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Euro plummets to 6 week lows as Le Pen's presidential bid looms: SocGen

President of French far-right Front National (FN) party Marine Le Pen delivers a speech during a major rally to launch her presidential programme.
Chesnot | Getty Images
President of French far-right Front National (FN) party Marine Le Pen delivers a speech during a major rally to launch her presidential programme.

The euro plummeted to six week lows against the dollar on Wednesday amidst rising concerns among investors surrounding the French general election.

Analysts from Societe Generale projected the single currency weakness would remain especially if Marine Le Pen, the leader of the anti-immigration and populist National Front, continued to lead in the polls.

"Political risk is beginning to the euro in earnest, reflected by the euro's trade-weighted value reaching the lowest levels since the U.S. presidential election," a team of analysts at Societe Generale said in a note.

The euro fell 0.4 percent against the dollar to hit $1.241 on Wednesday morning though has since pared some of its losses to trade 0.2 percent lower in afternoon trade.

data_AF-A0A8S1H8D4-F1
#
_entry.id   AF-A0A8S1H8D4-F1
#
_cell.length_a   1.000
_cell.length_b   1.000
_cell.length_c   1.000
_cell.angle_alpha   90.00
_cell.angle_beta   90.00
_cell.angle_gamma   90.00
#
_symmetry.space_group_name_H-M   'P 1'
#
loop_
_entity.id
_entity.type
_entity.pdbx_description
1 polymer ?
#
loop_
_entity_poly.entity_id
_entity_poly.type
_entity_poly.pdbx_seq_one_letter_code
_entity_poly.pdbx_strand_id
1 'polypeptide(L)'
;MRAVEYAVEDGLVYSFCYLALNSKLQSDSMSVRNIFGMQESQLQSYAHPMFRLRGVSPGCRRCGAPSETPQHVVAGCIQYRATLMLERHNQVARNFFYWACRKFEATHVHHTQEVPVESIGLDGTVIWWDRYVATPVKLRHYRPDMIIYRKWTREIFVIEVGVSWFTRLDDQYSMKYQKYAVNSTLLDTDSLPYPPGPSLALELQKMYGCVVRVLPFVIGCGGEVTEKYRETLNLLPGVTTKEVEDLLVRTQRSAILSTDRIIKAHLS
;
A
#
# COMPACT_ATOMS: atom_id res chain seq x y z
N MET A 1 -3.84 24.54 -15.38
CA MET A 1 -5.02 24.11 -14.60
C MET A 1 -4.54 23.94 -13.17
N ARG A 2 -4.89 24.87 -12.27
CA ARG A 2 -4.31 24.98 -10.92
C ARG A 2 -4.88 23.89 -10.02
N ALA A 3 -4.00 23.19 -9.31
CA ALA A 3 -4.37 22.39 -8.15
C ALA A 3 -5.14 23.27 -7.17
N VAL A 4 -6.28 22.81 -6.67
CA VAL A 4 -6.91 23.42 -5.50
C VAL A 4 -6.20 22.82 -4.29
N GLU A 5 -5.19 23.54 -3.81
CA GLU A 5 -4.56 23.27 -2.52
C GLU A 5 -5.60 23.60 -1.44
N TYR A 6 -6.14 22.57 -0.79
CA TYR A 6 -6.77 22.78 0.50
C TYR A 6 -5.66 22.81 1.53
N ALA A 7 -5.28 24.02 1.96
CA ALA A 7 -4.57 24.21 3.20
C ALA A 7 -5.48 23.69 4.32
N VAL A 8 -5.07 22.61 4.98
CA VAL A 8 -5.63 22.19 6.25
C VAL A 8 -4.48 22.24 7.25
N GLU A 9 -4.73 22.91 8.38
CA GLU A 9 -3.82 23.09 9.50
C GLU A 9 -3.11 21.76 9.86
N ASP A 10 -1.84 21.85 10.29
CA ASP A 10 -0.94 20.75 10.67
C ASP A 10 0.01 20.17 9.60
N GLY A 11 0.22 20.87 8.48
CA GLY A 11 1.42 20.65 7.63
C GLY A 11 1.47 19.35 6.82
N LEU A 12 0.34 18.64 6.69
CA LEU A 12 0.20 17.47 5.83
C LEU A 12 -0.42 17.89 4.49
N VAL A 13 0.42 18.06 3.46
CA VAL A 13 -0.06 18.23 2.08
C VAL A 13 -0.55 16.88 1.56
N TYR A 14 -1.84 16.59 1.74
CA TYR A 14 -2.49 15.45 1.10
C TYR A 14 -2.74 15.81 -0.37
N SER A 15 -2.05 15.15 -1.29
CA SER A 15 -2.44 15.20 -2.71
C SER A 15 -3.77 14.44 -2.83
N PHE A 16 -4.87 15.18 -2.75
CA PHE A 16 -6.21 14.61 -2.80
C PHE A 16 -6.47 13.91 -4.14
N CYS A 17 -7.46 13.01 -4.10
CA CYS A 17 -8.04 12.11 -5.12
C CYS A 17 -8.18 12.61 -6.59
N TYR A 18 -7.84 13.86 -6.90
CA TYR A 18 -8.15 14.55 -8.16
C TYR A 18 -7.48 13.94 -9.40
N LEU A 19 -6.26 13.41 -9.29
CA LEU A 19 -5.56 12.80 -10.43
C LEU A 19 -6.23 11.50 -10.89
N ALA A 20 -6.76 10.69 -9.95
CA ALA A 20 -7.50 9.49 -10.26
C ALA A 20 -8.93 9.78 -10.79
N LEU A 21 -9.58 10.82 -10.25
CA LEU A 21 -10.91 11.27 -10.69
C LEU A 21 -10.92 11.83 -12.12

Le Pen, has promised throughout her campaign to renegotiate the terms of France's membership of the European Union if elected president, though her chances of success ultimately appear restricted.

The National Front leader's most likely presidential rivals are the centrist candidate Emmanuel Macron or former Prime Minister Francois Fillon with both currently expected to defeat Le Pen in May's final round of voting.

Investors appear to be increasingly nervous ahead of the scheduled elections in the Netherlands, France and Germany after failing to foresee the outcomes of the U.K.'s Brexit vote and U.S. President Donald Trump's victory.

"So much uncertainty with 9 weeks to go until the first round of the (French) election means we will probably see nervousness persist, and undermine the Euro across the board," Societe Generale analysts concluded.

However, Macron's chances appeared to improve Wednesday when veteran centrist politician Francois Bayrou announced that, rather than run against the former minister, he was offering an alliance in the presidential campaign. News of the planned tie-up, details of which will be unveiled later Wednesday, pushed the euro higher and French bond yields lower.